IBM CEO Ginni Rometty’s 5 Biggest Statements At The Red Hat Summit

‘Working together is the right word. Coming together is not necessarily the way I would describe this,’ IBM CEO Ginni Rometty said about the acquisition during a keynote with Red Hat CEO Jim Whitehurst at the Red Hat Summit. ‘Jim and I have both agreed—Red Hat should stay an independent unit.’


IBM’s pending $34 billion acquisition of enterprise open-source software provider Red Hat was on stage Tuesday evening at the Red Hat Summit in Boston, where the two companies’ chief executive officers sat down to talk about deal.

In a U.S. Securities and Exchange Commission filing Monday, Armonk, N.Y.-based IBM said that it was notified last week that the U.S. Department of Justice had concluded its review of the proposed acquisition without remedies or conditions.

“IBM and Red Hat continue to work with competition authorities in other jurisdictions, and IBM continues to expect the transaction to close in the second half of 2019,” IBM said in the regulatory filing.

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Jim Whitehurst, CEO of Raleigh, N.C.-based Red Hat, introduced IBM CEO Ginni Rometty during the Summit’s keynote session, and they talked about IBM’s early interest in the open-source software movement, the timing of the Red Hat acquisition, preserving Red Hat’s culture, and what technologies most excite Rometty and Red Hat’s role in them.

“It's not just IT users that realize the power of open source to drive innovation,” Whitehurst said. “Today, virtually every IT vendor recognizes that open source is a critical component for driving information technology. And we would not be here today without the support of a myriad of partners who've invested in open source and have been instrumental to getting us where we are. One of the first partners was IBM, who in early days saw the power of open source and invested heavily to bring it to the enterprise. And their investments yesterday, today and tomorrow have allowed and will allow us to accelerate on our mission to truly expand our possibilities.”

“In October, we saw the ultimate validation of that commitment to open source, when IBM announced its attention to acquire Red Hat,” Whitehurst said. “And so I am thrilled to have Ginni Rometty here tonight to discuss why she and IBM see Red Hat and open source as so important to their—and soon to be our— future.”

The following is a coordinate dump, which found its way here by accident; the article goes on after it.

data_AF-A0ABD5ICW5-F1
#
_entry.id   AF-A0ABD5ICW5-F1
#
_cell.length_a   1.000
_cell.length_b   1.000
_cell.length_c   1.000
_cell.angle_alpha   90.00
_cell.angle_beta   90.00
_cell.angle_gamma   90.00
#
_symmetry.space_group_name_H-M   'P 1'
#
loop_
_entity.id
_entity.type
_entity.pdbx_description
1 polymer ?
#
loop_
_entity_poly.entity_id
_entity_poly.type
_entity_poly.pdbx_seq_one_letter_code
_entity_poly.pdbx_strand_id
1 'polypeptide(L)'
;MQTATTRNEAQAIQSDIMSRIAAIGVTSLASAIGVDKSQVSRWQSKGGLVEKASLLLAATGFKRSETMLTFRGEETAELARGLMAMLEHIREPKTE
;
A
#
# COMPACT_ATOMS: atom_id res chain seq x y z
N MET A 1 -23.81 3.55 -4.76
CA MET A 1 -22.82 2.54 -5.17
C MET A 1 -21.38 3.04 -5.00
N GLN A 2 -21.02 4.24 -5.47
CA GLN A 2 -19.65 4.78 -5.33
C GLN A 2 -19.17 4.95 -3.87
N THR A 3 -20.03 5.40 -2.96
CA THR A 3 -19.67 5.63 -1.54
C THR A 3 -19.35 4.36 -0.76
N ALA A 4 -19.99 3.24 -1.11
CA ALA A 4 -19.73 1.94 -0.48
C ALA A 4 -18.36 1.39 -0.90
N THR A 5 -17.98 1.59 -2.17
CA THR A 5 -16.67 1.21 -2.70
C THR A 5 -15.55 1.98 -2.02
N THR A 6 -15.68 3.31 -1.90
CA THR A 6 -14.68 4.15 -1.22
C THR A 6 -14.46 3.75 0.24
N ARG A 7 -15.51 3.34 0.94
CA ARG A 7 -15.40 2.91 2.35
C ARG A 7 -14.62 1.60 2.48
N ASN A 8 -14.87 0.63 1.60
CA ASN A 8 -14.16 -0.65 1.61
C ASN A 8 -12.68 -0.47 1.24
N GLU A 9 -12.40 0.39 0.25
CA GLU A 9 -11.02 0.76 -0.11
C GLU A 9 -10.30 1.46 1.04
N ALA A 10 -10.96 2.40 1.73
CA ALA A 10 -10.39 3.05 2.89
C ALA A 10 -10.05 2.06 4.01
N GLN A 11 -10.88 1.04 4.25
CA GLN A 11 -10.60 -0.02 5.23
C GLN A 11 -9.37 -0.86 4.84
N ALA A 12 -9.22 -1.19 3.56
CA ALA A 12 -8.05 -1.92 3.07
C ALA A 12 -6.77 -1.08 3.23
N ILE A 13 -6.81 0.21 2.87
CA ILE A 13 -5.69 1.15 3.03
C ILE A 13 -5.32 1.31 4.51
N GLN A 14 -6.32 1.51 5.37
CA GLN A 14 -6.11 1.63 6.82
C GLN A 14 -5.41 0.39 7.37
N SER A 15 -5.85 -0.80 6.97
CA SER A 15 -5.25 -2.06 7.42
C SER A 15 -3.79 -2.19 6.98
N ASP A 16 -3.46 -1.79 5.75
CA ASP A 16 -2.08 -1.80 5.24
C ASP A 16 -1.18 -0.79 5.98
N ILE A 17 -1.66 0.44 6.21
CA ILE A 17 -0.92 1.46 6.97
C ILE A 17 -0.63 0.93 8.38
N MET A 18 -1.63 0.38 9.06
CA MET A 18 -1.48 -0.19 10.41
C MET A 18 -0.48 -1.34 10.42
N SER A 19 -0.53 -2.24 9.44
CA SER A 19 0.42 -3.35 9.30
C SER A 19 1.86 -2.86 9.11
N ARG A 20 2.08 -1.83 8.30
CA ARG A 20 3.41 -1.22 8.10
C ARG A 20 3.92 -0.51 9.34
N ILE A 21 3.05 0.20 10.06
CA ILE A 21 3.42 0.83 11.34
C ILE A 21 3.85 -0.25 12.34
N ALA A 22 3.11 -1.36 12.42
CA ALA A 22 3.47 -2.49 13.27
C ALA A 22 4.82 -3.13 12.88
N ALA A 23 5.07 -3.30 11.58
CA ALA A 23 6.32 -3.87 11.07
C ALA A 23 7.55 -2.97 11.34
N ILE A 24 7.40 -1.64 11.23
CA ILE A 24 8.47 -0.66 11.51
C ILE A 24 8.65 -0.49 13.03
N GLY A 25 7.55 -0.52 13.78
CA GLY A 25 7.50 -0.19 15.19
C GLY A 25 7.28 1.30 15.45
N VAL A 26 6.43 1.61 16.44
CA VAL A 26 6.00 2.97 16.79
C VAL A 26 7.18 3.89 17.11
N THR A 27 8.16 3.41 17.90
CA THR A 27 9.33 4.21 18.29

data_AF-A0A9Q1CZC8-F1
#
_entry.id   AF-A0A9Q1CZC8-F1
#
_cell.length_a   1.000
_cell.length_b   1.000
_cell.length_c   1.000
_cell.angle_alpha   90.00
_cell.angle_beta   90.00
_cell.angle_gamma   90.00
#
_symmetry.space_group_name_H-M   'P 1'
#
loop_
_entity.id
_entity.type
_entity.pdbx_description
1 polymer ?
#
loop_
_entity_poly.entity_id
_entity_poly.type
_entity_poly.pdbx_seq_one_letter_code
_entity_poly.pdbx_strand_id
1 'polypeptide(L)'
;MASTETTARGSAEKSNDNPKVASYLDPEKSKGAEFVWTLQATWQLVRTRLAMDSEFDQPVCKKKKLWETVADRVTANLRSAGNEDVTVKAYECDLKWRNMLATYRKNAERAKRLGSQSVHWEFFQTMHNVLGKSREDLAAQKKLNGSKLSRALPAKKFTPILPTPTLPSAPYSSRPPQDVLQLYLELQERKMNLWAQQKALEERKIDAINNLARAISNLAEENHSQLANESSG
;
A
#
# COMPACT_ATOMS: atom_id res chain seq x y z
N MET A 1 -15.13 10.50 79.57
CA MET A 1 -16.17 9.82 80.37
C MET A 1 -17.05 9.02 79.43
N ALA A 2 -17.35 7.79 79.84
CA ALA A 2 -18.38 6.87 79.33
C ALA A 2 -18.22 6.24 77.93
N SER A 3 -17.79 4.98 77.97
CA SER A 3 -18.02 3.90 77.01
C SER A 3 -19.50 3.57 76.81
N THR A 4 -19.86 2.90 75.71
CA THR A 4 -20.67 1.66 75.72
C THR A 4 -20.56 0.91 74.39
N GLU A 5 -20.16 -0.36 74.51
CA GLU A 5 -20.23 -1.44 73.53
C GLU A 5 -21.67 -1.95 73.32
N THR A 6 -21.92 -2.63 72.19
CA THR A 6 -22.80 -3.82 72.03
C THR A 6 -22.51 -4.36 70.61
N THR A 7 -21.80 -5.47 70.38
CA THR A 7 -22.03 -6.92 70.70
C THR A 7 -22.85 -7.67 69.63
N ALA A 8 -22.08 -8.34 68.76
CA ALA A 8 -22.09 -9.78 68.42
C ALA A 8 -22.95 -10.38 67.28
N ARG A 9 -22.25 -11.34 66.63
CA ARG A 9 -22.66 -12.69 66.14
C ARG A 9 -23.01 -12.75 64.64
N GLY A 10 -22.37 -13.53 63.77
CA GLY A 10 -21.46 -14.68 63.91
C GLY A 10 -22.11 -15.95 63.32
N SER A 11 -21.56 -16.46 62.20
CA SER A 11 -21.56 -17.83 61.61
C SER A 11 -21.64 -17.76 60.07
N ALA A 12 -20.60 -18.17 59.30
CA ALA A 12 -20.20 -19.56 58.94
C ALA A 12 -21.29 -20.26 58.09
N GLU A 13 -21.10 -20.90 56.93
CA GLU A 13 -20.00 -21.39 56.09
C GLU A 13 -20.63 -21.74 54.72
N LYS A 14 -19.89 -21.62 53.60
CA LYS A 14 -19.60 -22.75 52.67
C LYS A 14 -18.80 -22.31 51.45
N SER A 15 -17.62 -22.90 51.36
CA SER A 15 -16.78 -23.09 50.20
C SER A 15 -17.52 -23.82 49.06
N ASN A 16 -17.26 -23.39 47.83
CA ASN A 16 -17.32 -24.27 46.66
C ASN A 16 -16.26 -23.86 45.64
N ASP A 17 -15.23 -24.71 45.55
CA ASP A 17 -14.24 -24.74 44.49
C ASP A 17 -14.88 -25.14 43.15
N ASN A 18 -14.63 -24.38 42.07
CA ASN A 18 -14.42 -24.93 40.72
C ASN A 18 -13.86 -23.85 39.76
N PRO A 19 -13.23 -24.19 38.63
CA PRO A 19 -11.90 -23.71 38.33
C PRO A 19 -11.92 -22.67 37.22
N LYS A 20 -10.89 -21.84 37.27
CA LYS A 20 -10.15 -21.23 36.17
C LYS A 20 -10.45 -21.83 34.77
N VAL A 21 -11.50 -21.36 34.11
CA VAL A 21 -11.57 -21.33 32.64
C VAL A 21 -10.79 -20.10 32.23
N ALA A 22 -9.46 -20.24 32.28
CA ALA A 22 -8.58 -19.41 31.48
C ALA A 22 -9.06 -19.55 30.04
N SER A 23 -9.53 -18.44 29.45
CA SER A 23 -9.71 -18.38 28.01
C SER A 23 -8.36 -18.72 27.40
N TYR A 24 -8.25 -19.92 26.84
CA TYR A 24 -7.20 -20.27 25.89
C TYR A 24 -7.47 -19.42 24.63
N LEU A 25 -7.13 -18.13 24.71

Continue on to read about Whitehurst’s conversation with Rometty.

IBM’s Open-Source History

Whitehurst: We've been working together over 20 years, and I think some people forget that, and how early IBM invested in open source and saw that opportunity. I am so excited about what we are going to be able to accomplish together with just such greater scale that we’ll be able to bring to our customers and, importantly, to the open-source communities that are so critical to the work that we do.

Rometty: It was ’74. IBM did System R, kind of a precursor to the relational database. But to Jim's point, it was ’98 [Apache], and then it was ’99, so when he says we invested in Linux and in Red Hat, it was a billion dollars. And in ’99, that was a lot of money. I mean it’s still a lot of money. And so is $34 billion, just to be extra clear.

I just go back in that time, and then I just think about everything that has followed, whether it was Eclipse, Hyperledger … Istio. There's quite a long list that goes on, so I think those roots are deep between the two of us, and some of the beliefs. This is something Jim and I've talked a lot about. The beliefs in how important an ecosystem is to drive innovation, unless you think you can hire every smart person there is, which none of us can. I have really come to appreciate two big things. One is the importance of open governance, and it is just vital to open source. And then the second piece is around if you're going to take, you have to give. It's really been something that we have instilled for decades about that's OK, you use it, but you’ve got to contribute in a big way. So it's a history of not just what we did; to me, it's as important as those beliefs and how we did it.

Why Now, Why Red Hat?

Whitehurst: Why now, why Red Hat? What did you see in open source that said that now it's important to not just partner in this, but to actually be the leader in open source?

Rometty: Over its long history, you have built a wonderful company … and maybe even more important, a wonderful culture, and a culture about open. I think it's important to pay tribute to what you have done in taking it to this point. I think what brought Jim and I together, as we’ve talked about it over a good period of time, was we both saw an even bigger opportunity in front of us. There’s many joint clients and many not joint clients in the room, and this opportunity that there's so much what I would call ‘mission-critical work’ that can still yet move to the cloud. And to get there, it means all these different islands—whether it's public clouds, private clouds, traditional—you've got to have some way to modernize and connect all those pieces together. And the timing in our mind is really right.

You now have … a fabric in what you guys have built, what will continue to be built. Linux is key, but then you've got Kubernetes, containers that are really going to form what I think is a standard for the world to do this. So the ‘why Red Hat now’ is those things have really all come of age. I think the opportunity is right in front of so many clients. It’s a problem, they want to address this. And it isn't just to move everything to the cloud. It depends where data has to be, where you're at. There's lots of reasons you're going to end up with an environment that's hybrid, and there's a great way to pull more innovation in. So, to me, the timing is exactly right for this now. It's kind of a chapter two for lots of clients, and the technology and the demand for open is so strong. I think what we and you and I would both like to see is … OpenShift be the platform that allows people to take their innovation, get more of it and put it wherever they want to put it.